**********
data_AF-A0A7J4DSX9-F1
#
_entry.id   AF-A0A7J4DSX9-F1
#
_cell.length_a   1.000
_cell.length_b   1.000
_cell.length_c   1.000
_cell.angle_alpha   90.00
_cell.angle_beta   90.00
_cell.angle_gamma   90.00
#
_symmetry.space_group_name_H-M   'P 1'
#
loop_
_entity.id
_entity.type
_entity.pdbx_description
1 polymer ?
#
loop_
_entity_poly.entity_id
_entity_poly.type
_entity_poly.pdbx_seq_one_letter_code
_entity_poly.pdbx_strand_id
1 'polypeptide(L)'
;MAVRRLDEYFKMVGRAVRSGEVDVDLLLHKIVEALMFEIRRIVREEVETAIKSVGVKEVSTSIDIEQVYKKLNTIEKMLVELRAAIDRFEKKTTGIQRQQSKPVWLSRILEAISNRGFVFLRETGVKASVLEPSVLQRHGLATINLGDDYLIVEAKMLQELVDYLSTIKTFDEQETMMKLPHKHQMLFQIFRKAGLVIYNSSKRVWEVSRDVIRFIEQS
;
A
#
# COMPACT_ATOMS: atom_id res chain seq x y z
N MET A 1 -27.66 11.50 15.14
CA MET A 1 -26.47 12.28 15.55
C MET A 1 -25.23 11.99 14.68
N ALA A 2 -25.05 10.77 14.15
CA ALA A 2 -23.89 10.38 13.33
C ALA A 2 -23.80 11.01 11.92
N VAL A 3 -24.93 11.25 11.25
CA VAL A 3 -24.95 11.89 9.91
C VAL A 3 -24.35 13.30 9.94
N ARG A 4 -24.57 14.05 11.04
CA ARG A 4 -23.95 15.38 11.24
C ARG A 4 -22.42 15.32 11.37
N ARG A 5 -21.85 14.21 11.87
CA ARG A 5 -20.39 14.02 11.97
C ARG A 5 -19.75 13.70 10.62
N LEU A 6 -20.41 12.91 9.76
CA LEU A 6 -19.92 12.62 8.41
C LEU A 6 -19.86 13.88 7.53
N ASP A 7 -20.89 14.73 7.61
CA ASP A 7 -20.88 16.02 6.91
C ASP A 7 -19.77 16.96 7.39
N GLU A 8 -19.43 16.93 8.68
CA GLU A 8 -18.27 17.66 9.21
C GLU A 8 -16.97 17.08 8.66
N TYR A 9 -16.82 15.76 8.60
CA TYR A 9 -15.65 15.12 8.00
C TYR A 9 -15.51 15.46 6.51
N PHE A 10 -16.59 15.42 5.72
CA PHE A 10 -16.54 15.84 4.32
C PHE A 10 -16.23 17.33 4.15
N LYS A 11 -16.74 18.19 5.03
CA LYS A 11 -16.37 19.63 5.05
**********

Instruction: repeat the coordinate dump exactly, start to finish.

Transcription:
data_AF-A0A7J4DSX9-F1
#
_entry.id   AF-A0A7J4DSX9-F1
#
_cell.length_a   1.000
_cell.length_b   1.000
_cell.length_c   1.000
_cell.angle_alpha   90.00
_cell.angle_beta   90.00
_cell.angle_gamma   90.00
#
_symmetry.space_group_name_H-M   'P 1'
#
loop_
_entity.id
_entity.type
_entity.pdbx_description
1 polymer ?
#
loop_
_entity_poly.entity_id
_entity_poly.type
_entity_poly.pdbx_seq_one_letter_code
_entity_poly.pdbx_strand_id
1 'polypeptide(L)'
;MAVRRLDEYFKMVGRAVRSGEVDVDLLLHKIVEALMFEIRRIVREEVETAIKSVGVKEVSTSIDIEQVYKKLNTIEKMLVELRAAIDRFEKKTTGIQRQQSKPVWLSRILEAISNRGFVFLRETGVKASVLEPSVLQRHGLATINLGDDYLIVEAKMLQELVDYLSTIKTFDEQETMMKLPHKHQMLFQIFRKAGLVIYNSSKRVWEVSRDVIRFIEQS
;
A
#
# COMPACT_ATOMS: atom_id res chain seq x y z
N MET A 1 -27.66 11.50 15.14
CA MET A 1 -26.47 12.28 15.55
C MET A 1 -25.23 11.99 14.68
N ALA A 2 -25.05 10.77 14.15
CA ALA A 2 -23.89 10.38 13.33
C ALA A 2 -23.80 11.01 11.92
N VAL A 3 -24.93 11.25 11.25
CA VAL A 3 -24.95 11.89 9.91
C VAL A 3 -24.35 13.30 9.94
N ARG A 4 -24.57 14.05 11.04
CA ARG A 4 -23.95 15.38 11.24
C ARG A 4 -22.42 15.32 11.37
N ARG A 5 -21.85 14.21 11.87
CA ARG A 5 -20.39 14.02 11.97
C ARG A 5 -19.75 13.70 10.62
N LEU A 6 -20.41 12.91 9.76
CA LEU A 6 -19.92 12.62 8.41
C LEU A 6 -19.86 13.88 7.53
N ASP A 7 -20.89 14.73 7.61
CA ASP A 7 -20.88 16.02 6.91
C ASP A 7 -19.77 16.96 7.39
N GLU A 8 -19.43 16.93 8.68
CA GLU A 8 -18.27 17.66 9.21
C GLU A 8 -16.97 17.08 8.66
N TYR A 9 -16.82 15.76 8.60
CA TYR A 9 -15.65 15.12 8.00
C TYR A 9 -15.51 15.46 6.51
N PHE A 10 -16.59 15.42 5.72
CA PHE A 10 -16.54 15.84 4.32
C PHE A 10 -16.23 17.33 4.15
N LYS A 11 -16.74 18.19 5.03
CA LYS A 11 -16.37 19.63 5.05